It took just seven super-humans to stop a nation. And stop the nation they did.
Fiji time took on a new meaning. And will for the days to come.
Kava producers can expect to become instant millionaires.
The expectations on these young men were enormous. The performance was even better against Great Britian.
Seven men. Forty-three points. One gold medal.
Fiji is glowing gold on the Olympic map. And these men deserve it. They have set the blistering pace of sevens rugby since the 1980s.
They may struggle at times to put 15 world-class men on the park, but they have the best seven any nation in the world can muster.
I was in Fiji three weeks ago when the team was announced. The announcement was made live on TV. The Prime Minister read out the names and hugged his men. It led the news.
The next item was about how cold it was for the kids walking to school in winter. I didn't understand that one - it was 28degC with the air con on.
But I simply couldn't stop watching as these young men took to the stage in search of standing on the biggest stage on top of the world. A bunch of young men carrying the hopes and dreams of the 110 inhabited islands that make up Fiji.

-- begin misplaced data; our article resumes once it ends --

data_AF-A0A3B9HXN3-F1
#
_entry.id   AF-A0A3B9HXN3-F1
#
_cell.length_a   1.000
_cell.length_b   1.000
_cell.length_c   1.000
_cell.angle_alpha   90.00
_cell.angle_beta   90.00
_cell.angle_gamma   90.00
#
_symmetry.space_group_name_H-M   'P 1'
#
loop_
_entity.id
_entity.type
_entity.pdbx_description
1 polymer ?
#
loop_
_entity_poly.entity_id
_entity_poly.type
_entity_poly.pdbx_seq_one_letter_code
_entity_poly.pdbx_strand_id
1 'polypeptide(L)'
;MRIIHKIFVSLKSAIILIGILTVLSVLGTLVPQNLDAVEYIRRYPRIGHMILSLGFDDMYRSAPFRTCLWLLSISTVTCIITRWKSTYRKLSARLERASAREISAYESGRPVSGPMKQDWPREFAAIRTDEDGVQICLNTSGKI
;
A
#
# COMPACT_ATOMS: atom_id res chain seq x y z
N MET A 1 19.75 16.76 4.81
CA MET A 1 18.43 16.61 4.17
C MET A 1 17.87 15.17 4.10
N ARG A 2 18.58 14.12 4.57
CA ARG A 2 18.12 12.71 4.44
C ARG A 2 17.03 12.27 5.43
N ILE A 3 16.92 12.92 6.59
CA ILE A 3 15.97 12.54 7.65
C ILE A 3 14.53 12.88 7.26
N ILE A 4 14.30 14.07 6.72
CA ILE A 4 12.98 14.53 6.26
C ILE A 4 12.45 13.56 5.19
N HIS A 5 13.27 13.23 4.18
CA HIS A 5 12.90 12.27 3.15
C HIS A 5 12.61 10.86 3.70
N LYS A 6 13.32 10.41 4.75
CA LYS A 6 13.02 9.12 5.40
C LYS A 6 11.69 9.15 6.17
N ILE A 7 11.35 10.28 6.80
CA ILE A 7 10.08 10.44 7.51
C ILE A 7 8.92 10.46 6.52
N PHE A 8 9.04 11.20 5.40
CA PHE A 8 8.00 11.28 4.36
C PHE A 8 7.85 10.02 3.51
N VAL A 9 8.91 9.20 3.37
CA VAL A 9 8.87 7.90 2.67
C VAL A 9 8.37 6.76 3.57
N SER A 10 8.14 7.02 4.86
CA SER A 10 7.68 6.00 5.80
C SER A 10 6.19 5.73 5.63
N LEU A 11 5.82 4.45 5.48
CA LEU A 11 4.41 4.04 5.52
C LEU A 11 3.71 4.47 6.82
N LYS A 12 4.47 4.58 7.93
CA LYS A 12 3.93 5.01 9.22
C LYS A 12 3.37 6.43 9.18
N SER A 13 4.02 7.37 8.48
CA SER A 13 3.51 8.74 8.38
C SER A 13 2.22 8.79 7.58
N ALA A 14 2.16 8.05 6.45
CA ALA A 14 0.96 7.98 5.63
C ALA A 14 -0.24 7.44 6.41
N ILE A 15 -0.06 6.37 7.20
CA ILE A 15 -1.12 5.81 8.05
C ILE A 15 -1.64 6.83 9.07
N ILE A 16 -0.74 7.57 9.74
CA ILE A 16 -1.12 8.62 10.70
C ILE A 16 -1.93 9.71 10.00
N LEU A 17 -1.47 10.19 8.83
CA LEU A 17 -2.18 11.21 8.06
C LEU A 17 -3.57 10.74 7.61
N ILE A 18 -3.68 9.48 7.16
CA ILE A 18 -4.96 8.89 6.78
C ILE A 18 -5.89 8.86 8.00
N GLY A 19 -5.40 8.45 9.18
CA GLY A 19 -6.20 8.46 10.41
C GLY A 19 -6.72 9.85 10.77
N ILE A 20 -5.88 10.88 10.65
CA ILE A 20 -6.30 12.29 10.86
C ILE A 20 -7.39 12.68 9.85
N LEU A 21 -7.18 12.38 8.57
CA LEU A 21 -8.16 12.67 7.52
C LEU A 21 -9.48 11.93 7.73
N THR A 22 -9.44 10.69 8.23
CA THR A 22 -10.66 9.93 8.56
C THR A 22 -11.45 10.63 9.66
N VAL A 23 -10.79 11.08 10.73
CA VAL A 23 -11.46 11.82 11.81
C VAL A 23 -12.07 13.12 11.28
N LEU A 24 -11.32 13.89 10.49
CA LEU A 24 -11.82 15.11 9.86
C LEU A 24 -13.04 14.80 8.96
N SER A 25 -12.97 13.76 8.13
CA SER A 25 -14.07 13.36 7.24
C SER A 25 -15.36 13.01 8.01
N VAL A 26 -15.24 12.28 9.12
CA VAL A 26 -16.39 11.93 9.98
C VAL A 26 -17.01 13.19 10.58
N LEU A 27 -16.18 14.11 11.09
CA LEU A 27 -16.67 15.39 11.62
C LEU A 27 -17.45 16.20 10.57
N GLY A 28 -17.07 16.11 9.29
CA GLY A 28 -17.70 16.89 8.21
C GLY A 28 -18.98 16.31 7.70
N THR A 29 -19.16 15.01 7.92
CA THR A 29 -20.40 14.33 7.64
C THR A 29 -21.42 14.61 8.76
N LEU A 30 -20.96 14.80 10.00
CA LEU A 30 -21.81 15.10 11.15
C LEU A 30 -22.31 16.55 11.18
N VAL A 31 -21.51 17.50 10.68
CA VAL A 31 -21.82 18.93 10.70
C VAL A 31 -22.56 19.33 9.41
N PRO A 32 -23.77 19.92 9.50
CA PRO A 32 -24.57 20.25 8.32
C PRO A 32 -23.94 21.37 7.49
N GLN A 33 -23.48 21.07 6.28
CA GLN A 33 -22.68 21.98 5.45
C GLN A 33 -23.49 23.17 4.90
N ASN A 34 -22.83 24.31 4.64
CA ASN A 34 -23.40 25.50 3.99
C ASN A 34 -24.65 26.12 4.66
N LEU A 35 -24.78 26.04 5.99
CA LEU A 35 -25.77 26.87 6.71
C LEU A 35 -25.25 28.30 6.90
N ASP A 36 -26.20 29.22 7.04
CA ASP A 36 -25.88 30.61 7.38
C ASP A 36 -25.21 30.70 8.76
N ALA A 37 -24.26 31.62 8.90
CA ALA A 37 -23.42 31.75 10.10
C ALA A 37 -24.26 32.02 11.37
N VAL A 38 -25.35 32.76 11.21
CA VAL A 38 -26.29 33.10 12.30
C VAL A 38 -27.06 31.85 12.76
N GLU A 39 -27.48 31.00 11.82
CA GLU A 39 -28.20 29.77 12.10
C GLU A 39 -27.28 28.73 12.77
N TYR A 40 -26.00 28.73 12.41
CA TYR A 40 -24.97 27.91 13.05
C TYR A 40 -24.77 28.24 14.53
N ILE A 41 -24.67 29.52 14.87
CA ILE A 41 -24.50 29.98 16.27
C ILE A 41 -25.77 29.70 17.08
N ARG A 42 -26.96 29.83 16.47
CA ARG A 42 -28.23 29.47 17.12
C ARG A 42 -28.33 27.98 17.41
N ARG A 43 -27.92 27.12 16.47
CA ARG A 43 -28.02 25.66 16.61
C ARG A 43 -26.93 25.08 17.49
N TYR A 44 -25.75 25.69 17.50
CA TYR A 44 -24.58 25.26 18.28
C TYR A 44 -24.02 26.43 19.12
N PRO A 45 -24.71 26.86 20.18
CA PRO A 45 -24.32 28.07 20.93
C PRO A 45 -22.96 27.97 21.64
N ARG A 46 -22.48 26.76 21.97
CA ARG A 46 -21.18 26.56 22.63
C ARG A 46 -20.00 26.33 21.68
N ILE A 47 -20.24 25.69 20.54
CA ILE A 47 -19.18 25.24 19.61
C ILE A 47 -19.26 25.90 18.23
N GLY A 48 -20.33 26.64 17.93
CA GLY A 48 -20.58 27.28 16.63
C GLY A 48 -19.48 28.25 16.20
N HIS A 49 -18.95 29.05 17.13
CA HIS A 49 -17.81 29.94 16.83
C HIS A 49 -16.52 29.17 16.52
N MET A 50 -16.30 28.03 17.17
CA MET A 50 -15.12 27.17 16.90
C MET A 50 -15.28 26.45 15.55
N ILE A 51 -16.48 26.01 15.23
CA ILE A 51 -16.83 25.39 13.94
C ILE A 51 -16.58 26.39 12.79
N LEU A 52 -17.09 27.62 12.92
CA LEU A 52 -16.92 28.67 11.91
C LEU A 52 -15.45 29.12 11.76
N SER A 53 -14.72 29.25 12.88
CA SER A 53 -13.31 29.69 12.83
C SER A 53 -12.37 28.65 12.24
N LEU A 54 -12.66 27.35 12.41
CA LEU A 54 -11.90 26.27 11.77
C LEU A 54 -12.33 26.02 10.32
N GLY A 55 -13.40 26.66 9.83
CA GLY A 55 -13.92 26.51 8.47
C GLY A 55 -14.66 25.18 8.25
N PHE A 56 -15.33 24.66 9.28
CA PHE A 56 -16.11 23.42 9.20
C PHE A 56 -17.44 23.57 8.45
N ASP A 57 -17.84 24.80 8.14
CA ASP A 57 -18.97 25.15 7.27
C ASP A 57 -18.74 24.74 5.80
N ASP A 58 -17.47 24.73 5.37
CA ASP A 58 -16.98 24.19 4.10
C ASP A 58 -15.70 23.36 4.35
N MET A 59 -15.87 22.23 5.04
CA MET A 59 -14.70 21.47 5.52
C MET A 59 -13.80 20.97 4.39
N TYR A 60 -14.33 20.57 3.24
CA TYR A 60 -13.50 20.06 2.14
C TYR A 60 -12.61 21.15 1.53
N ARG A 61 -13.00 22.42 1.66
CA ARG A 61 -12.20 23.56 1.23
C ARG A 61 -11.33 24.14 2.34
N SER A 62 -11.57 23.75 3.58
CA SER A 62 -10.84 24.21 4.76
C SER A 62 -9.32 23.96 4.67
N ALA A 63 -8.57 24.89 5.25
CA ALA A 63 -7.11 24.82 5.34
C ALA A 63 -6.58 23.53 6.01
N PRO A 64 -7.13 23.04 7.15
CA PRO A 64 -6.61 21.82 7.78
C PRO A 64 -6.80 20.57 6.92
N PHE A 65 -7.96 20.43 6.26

There was no big money - no fancy sponsors with trillions of dollars or no billion-dollar facilities.
There was a dodgy microphone and a Prime Minister telling his men that Fiji was banking on their success. No pressure.
These guys have had the most raw talent, the fastest players, the most creativity and the widest smile on the sevens circuit for the best part of 20 years.
It may just be one gold medal. But it's Fiji first.
Fiji will party all weekend. All 881,065 Fijians across the South Pacific. Because this was about more than a gold medal. This was, finally, international recognition of the little Goliath who could, and did.
I'm bloody stoked for them.